The UK’s largest companies are paying less tax than they did in 2001 despite a huge leap in their profitability over the past 12 years.
Corporation tax receipts from big businesses have fallen from £26bn in 2000/01, when the then Labour government initiated a more “collaborative approach” in the state’s relationship with large firms, to £21bn in 2011/12.
This 20pc decline in tax receipts coincides with a 65pc improvement in overall corporate profitability, according to one official measure.
The so called 'gross operating surplus’ of all UK companies a measure of profitability compiled by the Office of National Statistics has grown to £329bn over the last 12 years, outpacing economic growth over the same period.
The research, which was conducted by Reuters , reveals the “scaling up” of controversial tax avoidance tactics by big business over the last decade, tax campaigners said.
Multinationals such as Google (NasdaqGS: GOOG - news) , Amazon and Starbucks have faced heavy criticism from MPs and campaigners in recent months for using legal ploys to reduce their tax bills such as diverting their profits to low tax jurisdictions.
Google, for example, channels almost £2.5bn of UK sales through Ireland (OTC BB: IRLD - news) each year, most of which ends up in Bermuda. The web giant says it complies with tax law in every country in which it operates but that it also has an obligation to its shareholders to run its business “efficiently”.
In 2001, the then chancellor Gordon Brown directed HM Revenue & Customs to take a new approach to big business through a so called “enhanced relationship” to lighten the regulatory load on business. HMRC now says it aims to work in an atmosphere of “mutual trust” with big companies but campaigners accuse the tax authority of doing too little to prevent aggressive tax avoidance. A HMRC official claimed that “if you go into HMRC to collect tax, you won’t get very far ... the remit now is to make the taxpayer happy”, Reuters said.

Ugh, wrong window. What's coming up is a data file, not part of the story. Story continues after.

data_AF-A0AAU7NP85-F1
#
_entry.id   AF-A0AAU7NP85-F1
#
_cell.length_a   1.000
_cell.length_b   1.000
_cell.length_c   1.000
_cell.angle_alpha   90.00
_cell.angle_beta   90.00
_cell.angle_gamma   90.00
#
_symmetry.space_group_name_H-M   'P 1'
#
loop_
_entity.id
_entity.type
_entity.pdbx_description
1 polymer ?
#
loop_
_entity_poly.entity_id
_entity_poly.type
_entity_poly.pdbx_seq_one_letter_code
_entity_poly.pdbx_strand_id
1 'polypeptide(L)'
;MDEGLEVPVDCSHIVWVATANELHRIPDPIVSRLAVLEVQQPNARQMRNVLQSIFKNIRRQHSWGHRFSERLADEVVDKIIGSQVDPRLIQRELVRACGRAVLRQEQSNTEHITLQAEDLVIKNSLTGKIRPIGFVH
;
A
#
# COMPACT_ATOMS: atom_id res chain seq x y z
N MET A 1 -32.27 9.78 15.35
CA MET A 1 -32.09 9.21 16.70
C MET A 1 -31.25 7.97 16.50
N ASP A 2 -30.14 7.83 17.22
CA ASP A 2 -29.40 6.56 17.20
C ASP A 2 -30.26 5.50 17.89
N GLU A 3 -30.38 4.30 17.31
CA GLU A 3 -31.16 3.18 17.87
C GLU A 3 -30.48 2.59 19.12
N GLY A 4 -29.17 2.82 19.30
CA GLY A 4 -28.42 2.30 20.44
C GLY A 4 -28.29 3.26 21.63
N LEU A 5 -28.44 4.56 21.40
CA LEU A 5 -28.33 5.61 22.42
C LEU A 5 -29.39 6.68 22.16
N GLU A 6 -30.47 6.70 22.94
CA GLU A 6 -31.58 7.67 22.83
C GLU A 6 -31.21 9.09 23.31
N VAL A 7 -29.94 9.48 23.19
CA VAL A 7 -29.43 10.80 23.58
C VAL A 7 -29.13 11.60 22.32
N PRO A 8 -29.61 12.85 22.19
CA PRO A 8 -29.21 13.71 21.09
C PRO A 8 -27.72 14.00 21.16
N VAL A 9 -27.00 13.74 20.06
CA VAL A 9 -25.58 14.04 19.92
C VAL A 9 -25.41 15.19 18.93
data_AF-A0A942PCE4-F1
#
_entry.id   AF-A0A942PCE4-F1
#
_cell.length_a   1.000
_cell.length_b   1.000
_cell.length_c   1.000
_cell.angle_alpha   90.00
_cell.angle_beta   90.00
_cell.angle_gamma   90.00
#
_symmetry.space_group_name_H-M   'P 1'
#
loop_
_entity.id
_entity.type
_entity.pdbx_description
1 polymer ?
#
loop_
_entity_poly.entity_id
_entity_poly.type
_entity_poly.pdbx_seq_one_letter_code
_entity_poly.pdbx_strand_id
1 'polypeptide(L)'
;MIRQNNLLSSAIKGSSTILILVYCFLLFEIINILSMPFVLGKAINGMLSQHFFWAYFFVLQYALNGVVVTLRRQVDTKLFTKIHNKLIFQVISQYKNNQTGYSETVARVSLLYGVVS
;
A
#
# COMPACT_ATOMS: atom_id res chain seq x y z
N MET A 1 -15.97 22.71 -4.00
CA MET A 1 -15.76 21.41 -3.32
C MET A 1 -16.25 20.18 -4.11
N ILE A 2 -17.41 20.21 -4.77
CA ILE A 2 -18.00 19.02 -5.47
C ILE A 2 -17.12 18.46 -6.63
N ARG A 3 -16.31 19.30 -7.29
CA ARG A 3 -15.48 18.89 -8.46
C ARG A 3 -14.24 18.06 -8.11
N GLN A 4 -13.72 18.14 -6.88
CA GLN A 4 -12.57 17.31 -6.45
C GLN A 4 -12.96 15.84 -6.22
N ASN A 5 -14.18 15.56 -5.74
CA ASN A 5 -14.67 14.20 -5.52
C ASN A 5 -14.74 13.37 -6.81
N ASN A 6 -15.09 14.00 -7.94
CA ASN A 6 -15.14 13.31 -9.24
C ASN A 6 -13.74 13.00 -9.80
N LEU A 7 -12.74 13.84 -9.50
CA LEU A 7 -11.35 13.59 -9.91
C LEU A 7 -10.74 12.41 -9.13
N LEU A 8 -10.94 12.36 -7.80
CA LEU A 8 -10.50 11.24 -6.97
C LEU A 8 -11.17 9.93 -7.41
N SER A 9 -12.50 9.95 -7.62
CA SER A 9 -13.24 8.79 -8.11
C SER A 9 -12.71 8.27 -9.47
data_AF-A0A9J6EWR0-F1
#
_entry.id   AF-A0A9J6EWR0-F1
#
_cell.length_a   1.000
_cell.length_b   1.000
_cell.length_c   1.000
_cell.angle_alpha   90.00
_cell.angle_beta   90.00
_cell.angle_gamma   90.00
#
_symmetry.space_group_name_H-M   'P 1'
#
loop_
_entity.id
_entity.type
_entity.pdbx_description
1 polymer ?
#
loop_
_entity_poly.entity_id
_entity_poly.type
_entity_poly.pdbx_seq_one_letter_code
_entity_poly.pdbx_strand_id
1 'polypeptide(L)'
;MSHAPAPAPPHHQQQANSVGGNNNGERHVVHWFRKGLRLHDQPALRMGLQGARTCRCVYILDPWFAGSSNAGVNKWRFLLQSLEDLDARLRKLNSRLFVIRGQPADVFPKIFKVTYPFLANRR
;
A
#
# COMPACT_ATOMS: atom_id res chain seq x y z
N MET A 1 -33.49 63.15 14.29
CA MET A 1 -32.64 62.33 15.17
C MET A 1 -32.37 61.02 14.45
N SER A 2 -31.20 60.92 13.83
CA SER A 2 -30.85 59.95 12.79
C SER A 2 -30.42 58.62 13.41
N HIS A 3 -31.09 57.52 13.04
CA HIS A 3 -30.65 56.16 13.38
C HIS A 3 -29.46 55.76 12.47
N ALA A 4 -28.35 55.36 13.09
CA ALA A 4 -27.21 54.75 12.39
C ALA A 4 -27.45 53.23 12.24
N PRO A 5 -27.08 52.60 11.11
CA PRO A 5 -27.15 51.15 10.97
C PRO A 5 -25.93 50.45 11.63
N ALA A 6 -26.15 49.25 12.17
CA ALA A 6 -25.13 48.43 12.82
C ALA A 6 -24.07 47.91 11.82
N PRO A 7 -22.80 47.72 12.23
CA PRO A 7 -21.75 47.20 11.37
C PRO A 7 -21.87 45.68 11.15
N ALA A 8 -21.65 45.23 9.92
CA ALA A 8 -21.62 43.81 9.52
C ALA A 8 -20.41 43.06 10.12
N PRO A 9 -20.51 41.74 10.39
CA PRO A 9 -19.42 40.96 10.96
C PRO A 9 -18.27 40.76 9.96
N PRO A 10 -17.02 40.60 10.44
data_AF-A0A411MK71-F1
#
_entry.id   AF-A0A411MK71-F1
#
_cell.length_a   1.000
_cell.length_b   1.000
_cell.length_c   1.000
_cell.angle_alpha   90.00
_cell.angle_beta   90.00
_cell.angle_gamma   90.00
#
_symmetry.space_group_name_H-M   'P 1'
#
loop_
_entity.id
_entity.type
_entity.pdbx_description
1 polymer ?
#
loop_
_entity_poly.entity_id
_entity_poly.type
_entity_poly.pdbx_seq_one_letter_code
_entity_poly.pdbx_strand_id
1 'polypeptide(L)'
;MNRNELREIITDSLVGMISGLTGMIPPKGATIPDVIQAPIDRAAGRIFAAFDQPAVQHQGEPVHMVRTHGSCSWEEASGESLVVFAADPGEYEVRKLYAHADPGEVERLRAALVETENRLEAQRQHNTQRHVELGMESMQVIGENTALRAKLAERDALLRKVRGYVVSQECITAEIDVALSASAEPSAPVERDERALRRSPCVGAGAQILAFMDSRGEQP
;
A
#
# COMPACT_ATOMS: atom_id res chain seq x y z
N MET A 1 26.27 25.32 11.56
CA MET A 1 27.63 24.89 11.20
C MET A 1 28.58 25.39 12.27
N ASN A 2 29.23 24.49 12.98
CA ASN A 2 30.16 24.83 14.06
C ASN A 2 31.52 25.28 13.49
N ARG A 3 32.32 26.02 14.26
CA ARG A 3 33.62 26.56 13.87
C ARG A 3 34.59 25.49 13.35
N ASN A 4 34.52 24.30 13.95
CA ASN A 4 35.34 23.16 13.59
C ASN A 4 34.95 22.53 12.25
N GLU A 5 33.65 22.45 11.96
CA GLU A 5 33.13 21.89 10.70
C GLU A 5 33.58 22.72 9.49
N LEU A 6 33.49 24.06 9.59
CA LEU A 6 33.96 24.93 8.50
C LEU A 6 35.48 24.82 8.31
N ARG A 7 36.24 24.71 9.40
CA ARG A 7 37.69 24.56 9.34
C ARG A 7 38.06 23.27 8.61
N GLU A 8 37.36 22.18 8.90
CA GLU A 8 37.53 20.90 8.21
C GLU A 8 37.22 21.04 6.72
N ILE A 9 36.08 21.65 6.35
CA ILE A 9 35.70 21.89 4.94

However, HMRC denied there had been a significant increase in corporate tax avoidance and said the decrease in receipts is a result of the economic downturn and lower rates of corporation tax. Reuters researchers said that these factors accounted for around half of the decline in tax payments from giant companies, leaving £2.6bn “unaccounted for”.
John Christensen, of campaign group Tax Justice Network, said the figures highlight that tax avoidance by large businesses has become a “much bigger issue” over the last 10 years because of the “enhanced relationship” policy. “Successive (UK) governments have been sending out strong signals that they were going to be fairly lenient in their attitude towards [tax avoidance].”
A spokesman for HMRC said: “[We] ensure that multinationals pay the tax due in accordance with UK tax law. We have been successful in reducing tax avoidance by large businesses in recent years. We relentlessly challenge those that persist in avoiding tax and have recovered £29bn additional revenues from large businesses in the last six years.”